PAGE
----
Zakia Zaki, the owner and manager of Peace Radio and a headmaster of a girls' school in Parwan province, was shot dead inside her home early this morning. Three gunmen fired seven shots before fleeing her home. Police have begun an investigation, but no motive has been determined. Rahimullah Samander, the head of the Independent Association of Afghan Journalists (IAAJ), condemned the murder, which illustrates the difficulties that reporters -- particularly women reporters -- face in Afghanistan. "She believed in freedom of expression, that's why she was killed," Samander said, according to the BBC.
Zaki has managed the station since its inception in October 2001, following the fall of the Taliban. According to the Middle East Times, Zaki was a critic of "warlords" during the anti-Soviet resistance in the 1980s that led to Afghanistan's civil war. She spoke out against the Taliban during its rule and was involved in Afghanistan's recent reconstruction, attending the 2003 meeting to draft Afghanistan's new constitution. According to the BBC, the IAAJ reports that Zaki did receive threats but had no known enemies. funny picturesfunny imagesfunny photosfunny animal picturesfunny dog picturesfunny cat picturesfunny gifs
The murder of Zaki comes six days after another female reporter in Afghanistan, Shokiba Sanga Amaaj, was shot dead in her house. While the motive in Amaaj's murder has not been determined, police are exploring the possibility that it is "family-related," the BBC reports.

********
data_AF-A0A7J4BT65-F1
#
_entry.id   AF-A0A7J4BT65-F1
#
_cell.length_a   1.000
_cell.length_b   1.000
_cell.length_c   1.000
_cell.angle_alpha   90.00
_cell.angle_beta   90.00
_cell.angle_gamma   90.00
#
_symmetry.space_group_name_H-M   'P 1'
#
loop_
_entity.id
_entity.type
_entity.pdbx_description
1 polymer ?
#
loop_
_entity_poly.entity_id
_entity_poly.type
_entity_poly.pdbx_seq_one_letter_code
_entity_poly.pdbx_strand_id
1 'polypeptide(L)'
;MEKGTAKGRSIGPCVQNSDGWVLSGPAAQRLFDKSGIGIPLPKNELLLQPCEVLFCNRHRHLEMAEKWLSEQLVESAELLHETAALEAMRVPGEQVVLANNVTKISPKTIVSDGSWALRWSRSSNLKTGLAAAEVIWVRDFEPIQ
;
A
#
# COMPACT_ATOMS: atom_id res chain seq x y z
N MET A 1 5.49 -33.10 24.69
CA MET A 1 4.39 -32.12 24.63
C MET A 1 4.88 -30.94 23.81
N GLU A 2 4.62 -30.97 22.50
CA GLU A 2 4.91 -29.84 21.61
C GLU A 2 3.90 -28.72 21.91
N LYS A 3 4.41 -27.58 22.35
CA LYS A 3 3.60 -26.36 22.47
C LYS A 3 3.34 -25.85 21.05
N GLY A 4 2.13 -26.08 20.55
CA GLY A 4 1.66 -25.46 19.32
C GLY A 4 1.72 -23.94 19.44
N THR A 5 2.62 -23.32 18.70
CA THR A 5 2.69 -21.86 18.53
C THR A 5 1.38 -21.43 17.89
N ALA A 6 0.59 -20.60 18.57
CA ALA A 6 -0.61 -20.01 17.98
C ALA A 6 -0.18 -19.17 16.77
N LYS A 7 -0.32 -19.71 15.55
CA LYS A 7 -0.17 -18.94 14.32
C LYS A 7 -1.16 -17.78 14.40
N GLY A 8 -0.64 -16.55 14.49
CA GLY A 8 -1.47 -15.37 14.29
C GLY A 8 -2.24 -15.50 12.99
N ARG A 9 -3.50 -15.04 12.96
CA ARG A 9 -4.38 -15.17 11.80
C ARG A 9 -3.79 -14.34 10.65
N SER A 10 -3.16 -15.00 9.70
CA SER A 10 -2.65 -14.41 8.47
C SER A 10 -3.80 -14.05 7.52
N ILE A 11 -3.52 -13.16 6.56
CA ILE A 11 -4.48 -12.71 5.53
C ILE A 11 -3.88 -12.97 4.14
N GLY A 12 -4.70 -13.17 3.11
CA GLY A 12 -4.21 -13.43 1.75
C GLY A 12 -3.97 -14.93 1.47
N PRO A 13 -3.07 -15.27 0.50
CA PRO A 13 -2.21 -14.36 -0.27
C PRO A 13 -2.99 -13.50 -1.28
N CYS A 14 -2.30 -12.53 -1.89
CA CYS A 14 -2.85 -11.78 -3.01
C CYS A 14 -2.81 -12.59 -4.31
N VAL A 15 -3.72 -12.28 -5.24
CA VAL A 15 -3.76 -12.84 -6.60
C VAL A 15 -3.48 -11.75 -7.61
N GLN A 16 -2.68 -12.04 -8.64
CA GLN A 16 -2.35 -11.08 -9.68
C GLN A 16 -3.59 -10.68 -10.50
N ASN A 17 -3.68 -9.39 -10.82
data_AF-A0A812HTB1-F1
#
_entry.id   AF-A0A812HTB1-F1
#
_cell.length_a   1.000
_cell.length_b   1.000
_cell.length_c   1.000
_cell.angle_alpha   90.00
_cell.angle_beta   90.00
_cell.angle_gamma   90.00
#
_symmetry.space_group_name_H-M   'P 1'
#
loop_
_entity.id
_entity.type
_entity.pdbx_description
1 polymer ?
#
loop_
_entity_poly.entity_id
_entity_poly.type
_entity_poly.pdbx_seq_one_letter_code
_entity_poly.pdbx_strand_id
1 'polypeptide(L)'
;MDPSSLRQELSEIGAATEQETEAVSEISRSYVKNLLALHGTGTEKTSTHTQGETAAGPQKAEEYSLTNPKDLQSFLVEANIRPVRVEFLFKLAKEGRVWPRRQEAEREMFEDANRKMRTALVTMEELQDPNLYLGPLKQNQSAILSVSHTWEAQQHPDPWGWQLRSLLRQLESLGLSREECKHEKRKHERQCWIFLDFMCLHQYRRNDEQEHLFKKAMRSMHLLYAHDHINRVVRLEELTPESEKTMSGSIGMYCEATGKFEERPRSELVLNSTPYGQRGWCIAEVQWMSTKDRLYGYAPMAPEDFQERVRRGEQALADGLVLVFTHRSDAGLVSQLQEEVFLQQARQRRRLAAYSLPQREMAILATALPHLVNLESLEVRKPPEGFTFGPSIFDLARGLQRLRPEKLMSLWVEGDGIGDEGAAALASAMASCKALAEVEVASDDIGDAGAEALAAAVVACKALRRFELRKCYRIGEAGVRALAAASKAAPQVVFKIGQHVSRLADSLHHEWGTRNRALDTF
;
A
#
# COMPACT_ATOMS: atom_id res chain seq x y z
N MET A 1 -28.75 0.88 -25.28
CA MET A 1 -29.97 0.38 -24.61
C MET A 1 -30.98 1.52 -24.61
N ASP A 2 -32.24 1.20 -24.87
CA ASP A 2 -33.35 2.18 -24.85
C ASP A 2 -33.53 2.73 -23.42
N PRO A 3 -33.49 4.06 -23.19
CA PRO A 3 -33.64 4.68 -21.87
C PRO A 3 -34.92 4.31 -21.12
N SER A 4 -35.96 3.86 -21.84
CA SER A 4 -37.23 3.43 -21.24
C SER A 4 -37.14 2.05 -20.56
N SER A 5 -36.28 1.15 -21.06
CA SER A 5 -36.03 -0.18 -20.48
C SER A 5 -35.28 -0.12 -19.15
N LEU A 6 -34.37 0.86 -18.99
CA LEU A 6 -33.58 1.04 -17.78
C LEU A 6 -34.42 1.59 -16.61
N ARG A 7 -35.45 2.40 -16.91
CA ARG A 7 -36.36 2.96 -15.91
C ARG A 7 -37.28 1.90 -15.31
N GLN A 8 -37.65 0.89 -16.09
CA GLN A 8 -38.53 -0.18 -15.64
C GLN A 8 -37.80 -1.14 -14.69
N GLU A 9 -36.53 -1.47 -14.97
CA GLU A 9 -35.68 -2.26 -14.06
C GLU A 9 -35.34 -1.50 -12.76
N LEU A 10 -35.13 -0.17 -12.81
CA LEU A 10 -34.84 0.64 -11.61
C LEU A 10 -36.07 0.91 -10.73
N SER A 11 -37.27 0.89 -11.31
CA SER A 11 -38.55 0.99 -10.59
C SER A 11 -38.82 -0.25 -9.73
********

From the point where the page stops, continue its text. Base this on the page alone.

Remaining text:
8/28/2015 Alaska Court Protects Abortion Access for Low-Income Women - The Alaska Superior Court struck down a state law yesterday that would have severely limited abortion access for low-income women in Alaska.
The state's Superior Court also struck down a Department of Health and Social Services regulation that placed narrow specifications on Medicaid coverage for abortions, requiring that Medicaid-funded abortions be determined by a physician to be "medically necessary." Last year, the Center for Reproductive Rights, the American Civil Liberties Union, and Planned Parenthood sued on behalf of the Planned Parenthood of the Great Northwest, claiming that the narrow definition of "medically necessary" arbitrarily established conditions designed to restrict the ability of low-income women to access abortion services.
The law was temporarily blocked last July by an Alaskan state court judge.
Superior Court Judge John Suddock ordered yesterday that the state be blocked from implementing this regulation, ruling that it placed an undue burden on low-income women seeking abortion services in Alaska.
"By providing health care to all poor Alaskans except women who need abortions, the challenged regulation violates the state constitutional guarantee of 'equal rights, opportunities, and protection under the law'," the ruling read.
"We applaud the superior court for striing down these cruel restrictions on women's health and rights that violate the Alaska Constitution," said Chris Charbonneau, CEO of Planned Parenthood of the Great Northwest and the Hawaiian Islands. . . .
8/26/2015 Saudi Women Prepare to Vote for the First Time - The fight for gender equality is making slow but notable progress in Saudi Arabia, where women will be allowed to vote for the first time in upcoming December elections.
This shift in Saudi law came in 2011, when a royal decree announced that women would be allowed to vote and run in local elections beginning in December of 2015. . . .